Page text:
The State Department’s enforcement of a far more limited form of the public charge rule in recent years may offer insight into how aggressively the Homeland Security Department is likely to use the new policy. In 2016, the last year of the Obama administration, 1,076 immigrants were found to be ineligible for visas under the rule. In 2018, 13,450 were, according to State Department data.
As the State Department moves forward on Monday with the expanded public charge rule, the wealth test will be applied to green card applicants both inside and outside the United States.
Broadening the rule has been a long-sought after goal of the White House and specifically, the president’s senior adviser Stephen Miller, who admonished career officials for taking too long to enforce the policy.
After the Supreme Court on Friday lifted an injunction that blocked the policy in Illinois, the White House praised the plan the next day.
“This final rule will protect hardworking American taxpayers, safeguard welfare programs for truly needy Americans, reduce the federal deficit,” it said in a statement, “and re-establish the fundamental legal principle that newcomers to our society should be financially self-reliant and not dependent on the largess of United States taxpayers.”
Other more subtle steps have also helped trim the number of immigrants arriving on American shores, such as requiring in-person interviews for most immigration visas and a proposed 60-percent increase in citizenship fees for most applicants.
Tara Battle, 42, a nurse in Chicago, now finds multiple policies are burdening, if not outright dividing, her family. After meeting Daberechi Amadi Godswill, a Nigerian, in 2016 while on vacation in Gambia, Ms. Battle struck up a relationship and they married in 2018.
Since then, Ms. Battle, who supports a 12-year-old daughter on a $35,000 annual salary, said she and Mr. Godswill had spent around $1,000 on lawyer and processing fees, trying to bring him to the country. She believed she had taken the last step when she submitted her financial documents on his behalf this month.
Then her lawyers told her Mr. Trump had banned immigration from Nigeria. She said she would wait to see if the president lifted the ban, but if he does, she is likely to be saddled with much higher processing fees.
“Everything is up and running, the ball is already rolling. Why is it now on hold?” Ms. Battle asked in exasperation. “They’ve already done the background checks. They already did everything. The money, the fees, everything’s paid for.”
There is little sign that Mr. Trump will relent. He is already using his immigration agenda to incite supporters as the election nears. While the administration recorded 36,679 arrests at the border last month, slightly up from the 33,657 arrests in January 2016, the president has been celebrating an eight-month decline in border crossings since a surge of Central American families approached the border last year.
He has built only about 120 miles of his border wall, but his administration quelled last year’s surge with a less visible policy known as the Migrant Protection Protocols, which have forced roughly 60,000 migrants to wait in Mexico as their immigration cases are processed in the courts. That measure, as well as a deal with Guatemala to deport asylum seekers to the Central American country, has virtually ended asylum along the southwestern border.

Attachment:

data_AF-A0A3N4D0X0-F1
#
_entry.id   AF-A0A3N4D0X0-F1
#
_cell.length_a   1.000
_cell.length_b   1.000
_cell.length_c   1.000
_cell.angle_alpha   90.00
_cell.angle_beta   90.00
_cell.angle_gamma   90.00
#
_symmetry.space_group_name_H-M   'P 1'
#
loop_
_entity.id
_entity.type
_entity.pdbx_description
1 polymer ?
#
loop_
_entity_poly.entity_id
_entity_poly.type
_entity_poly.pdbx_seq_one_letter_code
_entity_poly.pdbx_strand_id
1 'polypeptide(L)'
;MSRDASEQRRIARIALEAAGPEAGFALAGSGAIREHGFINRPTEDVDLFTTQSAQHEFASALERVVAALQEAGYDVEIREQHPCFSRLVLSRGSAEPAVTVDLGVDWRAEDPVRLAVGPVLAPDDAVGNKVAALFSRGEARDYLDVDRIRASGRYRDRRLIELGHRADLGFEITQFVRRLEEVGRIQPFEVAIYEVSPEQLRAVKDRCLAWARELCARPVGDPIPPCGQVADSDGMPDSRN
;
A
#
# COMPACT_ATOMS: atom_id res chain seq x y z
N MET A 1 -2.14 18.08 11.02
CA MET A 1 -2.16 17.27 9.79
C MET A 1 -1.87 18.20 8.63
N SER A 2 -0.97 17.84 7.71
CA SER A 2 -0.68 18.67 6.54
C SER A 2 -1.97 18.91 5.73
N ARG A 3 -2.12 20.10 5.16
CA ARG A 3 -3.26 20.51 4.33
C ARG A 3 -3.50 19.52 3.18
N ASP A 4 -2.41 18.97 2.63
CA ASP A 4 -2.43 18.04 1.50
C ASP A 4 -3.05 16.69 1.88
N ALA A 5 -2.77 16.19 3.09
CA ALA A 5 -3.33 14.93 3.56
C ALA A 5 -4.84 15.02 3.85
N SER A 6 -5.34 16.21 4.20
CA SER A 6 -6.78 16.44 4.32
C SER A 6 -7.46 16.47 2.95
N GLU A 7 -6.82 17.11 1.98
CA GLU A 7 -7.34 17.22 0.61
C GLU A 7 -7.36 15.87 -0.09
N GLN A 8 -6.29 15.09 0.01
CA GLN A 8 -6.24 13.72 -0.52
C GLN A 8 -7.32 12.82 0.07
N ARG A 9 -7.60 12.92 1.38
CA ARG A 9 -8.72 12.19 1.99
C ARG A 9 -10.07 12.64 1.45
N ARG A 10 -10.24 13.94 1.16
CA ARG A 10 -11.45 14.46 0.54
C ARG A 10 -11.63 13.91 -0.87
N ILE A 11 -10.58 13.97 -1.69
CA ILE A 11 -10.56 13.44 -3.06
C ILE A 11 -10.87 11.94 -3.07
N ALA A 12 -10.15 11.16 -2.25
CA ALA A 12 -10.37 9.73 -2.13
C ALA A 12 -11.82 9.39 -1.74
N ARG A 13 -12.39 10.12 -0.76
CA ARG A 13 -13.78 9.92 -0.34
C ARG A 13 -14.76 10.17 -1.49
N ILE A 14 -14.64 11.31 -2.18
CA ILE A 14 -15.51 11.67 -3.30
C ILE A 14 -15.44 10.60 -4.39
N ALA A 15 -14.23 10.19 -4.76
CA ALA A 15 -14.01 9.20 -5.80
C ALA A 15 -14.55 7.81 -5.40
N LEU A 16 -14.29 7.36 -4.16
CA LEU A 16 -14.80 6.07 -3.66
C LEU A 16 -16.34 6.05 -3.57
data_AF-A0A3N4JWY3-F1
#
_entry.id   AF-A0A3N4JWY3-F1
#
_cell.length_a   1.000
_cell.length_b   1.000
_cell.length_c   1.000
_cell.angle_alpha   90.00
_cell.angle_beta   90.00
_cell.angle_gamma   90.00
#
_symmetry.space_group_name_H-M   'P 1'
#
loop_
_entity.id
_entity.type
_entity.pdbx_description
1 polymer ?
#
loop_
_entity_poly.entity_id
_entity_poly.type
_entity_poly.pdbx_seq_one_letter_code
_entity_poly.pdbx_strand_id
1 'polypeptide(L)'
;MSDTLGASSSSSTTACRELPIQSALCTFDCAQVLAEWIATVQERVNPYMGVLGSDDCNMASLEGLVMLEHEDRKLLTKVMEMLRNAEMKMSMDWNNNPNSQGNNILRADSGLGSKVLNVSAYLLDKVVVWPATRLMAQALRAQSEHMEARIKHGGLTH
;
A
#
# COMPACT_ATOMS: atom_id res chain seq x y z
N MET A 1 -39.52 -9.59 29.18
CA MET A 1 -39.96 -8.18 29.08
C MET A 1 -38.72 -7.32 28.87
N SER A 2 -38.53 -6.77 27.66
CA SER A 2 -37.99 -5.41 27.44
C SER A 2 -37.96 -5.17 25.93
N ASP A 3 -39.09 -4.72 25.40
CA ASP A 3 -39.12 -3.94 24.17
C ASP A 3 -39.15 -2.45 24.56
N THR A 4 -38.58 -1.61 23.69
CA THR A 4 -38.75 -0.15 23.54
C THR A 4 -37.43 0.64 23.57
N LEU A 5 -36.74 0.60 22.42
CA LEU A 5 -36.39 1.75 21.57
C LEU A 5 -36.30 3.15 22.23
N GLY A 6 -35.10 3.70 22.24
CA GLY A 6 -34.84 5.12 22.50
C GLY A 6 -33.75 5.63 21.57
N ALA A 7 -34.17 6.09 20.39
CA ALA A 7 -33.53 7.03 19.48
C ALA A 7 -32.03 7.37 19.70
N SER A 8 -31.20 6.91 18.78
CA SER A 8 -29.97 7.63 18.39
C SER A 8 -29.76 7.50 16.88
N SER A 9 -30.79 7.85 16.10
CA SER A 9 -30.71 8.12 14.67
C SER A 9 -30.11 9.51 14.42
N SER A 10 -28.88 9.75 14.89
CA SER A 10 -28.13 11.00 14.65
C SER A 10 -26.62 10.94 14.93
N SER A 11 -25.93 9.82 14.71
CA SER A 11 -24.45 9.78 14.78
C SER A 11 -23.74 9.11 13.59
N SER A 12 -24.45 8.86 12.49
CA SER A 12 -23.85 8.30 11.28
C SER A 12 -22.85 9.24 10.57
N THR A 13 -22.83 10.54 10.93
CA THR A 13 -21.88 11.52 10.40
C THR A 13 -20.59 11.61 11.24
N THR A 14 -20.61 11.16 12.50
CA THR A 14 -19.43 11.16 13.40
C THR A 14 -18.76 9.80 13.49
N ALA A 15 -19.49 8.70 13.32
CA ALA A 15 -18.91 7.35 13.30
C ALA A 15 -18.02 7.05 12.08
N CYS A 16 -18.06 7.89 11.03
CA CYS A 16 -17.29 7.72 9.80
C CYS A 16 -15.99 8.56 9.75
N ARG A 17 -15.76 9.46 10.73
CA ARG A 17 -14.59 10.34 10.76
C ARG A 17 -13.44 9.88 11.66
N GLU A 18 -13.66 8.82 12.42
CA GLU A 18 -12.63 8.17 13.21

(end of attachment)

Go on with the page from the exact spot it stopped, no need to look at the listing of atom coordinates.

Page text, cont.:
“They want literally millions of people to flow into our country,” Mr. Trump said of Democrats at a recent tribute for members of the Border Patrol union. “And of those millions of people, tremendous numbers of them, are people you don’t want in this country.”
Mr. Mulvaney struck a different tone to a crowd of several hundred during a question-and-answer session with the Oxford Union in Britain, a tape of which was obtained by The New York Times.
“We created 215,000 jobs last month,” he said. “We are running out of people to fuel the economic growth.”
One aspect of Mr. Trump’s stringent immigration policies has not happened yet: The president has not deported “millions” of immigrants, as promised this year. Immigration and Customs Enforcement agents arrested about 143,000 immigrants in the country from October 2018 to September 2019, 10 percent fewer than the previous fiscal year and the lowest level since Mr. Trump took office.
The administration has tried to change that trend by threatening retaliation against localities that embrace the policies of so-called sanctuary cities. Tactical units from Border Patrol have been deployed to assist ICE agents. Mr. Trump took aim at those cities, including New York, in his State of the Union address, claiming they allowed “dangerous criminal aliens to prey upon the public.”
Representative Bennie Thompson, Democrat of Mississippi and the chairman of the Homeland Security Committee, said that the president’s aggressive immigration measures had actually put people in danger. The “zero tolerance” policy to prosecute parents caught illegally crossing the border, he said, led to thousands of children being separated from their parents.
“By any reasonable measure that’s not success,” he added. “That’s abject failure.”